The ARCA requirement to create finding aids was limited, however, to federal government records which were not in the possession of NARA when the ARCA went into effect, or which had text redacted and were therefore not open in full for public inspection. The most obvious example of records which do NOT meet these criteria is the documents from the Warren Commission’s investigation of the JFK assassination. These have been in NARA’s possesion since the 1960s, and most of them have been open to the public for over 50 years. This is why most most records from the Warren Commission do not have RIF finding aids, despite being an integral part of the ARC.4
Other examples of ARC records without RIFs include documents from Jim Garrison’s investigation of the assassination, which resulted in the trial of New Orleans businessman Clay Shaw for conspiracy to assassinate President Kennedy. None of these documents have RIF forms either. Overall, however, documents without finding aids make up only a small percentage of the total JFK collection; they are far exceeded by documents for which the ARCA required a finding aid.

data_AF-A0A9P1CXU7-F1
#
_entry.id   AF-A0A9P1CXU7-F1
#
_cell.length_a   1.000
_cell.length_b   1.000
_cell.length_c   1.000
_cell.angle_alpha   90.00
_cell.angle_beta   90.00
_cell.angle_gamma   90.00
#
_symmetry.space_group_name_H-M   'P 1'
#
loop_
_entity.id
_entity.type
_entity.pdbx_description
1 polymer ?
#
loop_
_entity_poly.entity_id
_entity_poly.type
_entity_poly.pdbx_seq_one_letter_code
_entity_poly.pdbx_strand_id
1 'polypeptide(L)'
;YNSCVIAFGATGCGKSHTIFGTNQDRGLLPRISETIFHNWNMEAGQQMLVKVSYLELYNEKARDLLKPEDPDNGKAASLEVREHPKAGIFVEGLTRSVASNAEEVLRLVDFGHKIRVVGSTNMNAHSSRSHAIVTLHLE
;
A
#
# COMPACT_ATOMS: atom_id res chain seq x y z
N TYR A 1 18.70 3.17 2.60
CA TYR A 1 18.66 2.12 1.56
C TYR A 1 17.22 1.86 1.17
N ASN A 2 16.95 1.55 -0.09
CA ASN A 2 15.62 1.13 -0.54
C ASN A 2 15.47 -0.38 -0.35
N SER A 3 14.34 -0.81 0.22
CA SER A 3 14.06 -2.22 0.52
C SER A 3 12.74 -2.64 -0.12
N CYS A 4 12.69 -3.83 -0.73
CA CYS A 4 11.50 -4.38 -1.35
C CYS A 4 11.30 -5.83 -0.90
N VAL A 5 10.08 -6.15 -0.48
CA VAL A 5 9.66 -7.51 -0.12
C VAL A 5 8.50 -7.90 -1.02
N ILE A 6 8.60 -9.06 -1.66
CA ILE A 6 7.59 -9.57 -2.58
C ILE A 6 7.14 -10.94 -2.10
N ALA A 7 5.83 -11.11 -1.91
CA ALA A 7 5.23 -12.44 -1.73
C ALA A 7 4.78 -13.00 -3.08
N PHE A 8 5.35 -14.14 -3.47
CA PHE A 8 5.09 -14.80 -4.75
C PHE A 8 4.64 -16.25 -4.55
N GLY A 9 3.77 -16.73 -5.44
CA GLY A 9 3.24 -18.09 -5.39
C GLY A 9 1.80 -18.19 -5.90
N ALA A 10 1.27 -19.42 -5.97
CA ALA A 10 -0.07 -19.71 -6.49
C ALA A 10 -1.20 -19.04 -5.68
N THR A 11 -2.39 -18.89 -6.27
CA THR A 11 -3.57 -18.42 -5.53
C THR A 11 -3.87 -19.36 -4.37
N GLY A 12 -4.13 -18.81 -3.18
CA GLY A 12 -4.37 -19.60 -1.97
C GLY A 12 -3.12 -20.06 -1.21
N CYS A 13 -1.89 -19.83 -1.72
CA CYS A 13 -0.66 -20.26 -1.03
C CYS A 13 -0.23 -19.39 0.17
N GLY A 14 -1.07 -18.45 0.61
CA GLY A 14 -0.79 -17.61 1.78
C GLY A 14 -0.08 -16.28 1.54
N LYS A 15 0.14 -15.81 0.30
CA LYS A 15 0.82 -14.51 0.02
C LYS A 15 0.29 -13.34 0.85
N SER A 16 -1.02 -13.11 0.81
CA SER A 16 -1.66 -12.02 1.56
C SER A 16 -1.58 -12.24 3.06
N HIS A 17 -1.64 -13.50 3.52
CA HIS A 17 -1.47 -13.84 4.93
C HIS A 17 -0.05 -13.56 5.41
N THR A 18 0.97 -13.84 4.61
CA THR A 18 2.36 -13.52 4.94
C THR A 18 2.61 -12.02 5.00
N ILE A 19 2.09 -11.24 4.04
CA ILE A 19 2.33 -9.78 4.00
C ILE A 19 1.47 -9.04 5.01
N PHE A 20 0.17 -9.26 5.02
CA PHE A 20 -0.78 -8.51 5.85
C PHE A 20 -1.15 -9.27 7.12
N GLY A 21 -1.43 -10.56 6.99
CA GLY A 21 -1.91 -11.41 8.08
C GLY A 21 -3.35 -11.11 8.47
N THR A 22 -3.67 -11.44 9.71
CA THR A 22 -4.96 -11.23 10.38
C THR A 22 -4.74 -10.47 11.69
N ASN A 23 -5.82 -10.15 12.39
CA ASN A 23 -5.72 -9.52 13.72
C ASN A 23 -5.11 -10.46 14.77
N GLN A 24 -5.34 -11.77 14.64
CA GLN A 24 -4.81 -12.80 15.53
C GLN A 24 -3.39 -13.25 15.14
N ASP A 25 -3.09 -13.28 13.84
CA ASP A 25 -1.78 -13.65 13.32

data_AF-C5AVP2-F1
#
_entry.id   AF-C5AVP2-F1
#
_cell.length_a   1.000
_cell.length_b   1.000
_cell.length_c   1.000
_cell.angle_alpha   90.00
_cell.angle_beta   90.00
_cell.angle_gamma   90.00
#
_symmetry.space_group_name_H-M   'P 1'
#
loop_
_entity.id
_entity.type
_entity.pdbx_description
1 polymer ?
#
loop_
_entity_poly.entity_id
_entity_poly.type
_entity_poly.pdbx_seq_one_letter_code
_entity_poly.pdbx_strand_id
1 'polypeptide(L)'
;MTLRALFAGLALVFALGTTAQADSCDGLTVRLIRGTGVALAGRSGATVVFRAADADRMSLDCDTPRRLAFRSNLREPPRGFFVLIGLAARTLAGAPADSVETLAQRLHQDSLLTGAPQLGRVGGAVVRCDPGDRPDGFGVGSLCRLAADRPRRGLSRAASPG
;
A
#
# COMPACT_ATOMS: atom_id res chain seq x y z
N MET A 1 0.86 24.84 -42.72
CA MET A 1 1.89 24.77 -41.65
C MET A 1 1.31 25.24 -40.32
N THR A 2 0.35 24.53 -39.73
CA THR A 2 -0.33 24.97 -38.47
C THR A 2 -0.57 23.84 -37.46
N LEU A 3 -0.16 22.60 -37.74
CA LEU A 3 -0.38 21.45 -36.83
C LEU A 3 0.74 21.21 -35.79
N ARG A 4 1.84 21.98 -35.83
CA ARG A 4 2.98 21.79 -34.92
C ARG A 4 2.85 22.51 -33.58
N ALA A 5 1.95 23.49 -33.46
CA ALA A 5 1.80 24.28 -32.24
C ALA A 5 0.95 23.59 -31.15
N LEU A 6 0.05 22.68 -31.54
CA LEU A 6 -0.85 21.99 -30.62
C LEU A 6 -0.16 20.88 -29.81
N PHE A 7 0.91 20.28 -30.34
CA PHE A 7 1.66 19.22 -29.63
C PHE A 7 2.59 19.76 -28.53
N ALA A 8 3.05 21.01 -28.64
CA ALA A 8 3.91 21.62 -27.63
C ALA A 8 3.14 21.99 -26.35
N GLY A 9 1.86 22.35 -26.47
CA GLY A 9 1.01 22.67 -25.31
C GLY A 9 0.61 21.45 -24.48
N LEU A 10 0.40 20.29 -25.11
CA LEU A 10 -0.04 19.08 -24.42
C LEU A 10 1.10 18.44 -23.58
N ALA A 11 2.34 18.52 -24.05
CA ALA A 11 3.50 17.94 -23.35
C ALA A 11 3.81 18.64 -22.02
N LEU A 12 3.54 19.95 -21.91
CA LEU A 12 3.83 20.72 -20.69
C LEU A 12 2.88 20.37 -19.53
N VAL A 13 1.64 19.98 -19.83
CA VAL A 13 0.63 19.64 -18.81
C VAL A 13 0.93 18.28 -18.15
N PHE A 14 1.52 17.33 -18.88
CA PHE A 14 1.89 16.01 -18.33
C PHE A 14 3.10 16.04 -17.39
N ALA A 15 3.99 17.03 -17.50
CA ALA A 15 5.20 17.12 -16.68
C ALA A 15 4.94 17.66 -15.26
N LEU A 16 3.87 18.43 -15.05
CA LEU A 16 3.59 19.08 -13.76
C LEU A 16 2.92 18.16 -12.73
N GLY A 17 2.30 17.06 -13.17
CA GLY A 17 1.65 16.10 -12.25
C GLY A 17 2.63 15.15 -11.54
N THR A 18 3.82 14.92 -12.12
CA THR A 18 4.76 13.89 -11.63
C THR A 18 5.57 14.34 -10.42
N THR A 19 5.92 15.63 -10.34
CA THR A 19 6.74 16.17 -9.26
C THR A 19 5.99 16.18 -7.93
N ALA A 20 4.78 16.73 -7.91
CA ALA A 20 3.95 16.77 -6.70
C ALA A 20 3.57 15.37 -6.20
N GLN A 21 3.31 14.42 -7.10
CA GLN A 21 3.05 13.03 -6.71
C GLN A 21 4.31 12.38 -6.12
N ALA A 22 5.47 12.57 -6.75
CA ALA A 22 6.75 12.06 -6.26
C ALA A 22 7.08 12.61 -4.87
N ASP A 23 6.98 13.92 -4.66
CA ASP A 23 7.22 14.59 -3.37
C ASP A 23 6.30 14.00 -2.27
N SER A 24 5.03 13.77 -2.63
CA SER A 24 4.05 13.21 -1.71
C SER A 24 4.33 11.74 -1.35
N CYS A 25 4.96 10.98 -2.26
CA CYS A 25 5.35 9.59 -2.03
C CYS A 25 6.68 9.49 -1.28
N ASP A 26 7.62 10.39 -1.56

The Mary Ferrell collection of ARC documents includes a huge number of both RIF docs, such as the CIA 201 file on Oswald, and non-RIF docs, such as records from the Warren Commission and Garrison investigations. The MF website states it has 101,113 documents from the ARC collection available on line.5 I originally took this to refer to the total number of documents on the site, but after taking a hard look at documents counts at MF, I believe that the figure of 101,113 documents refers specifically to RIF docs, and does not include any of the thousands of non-RIF docs in the MF collection.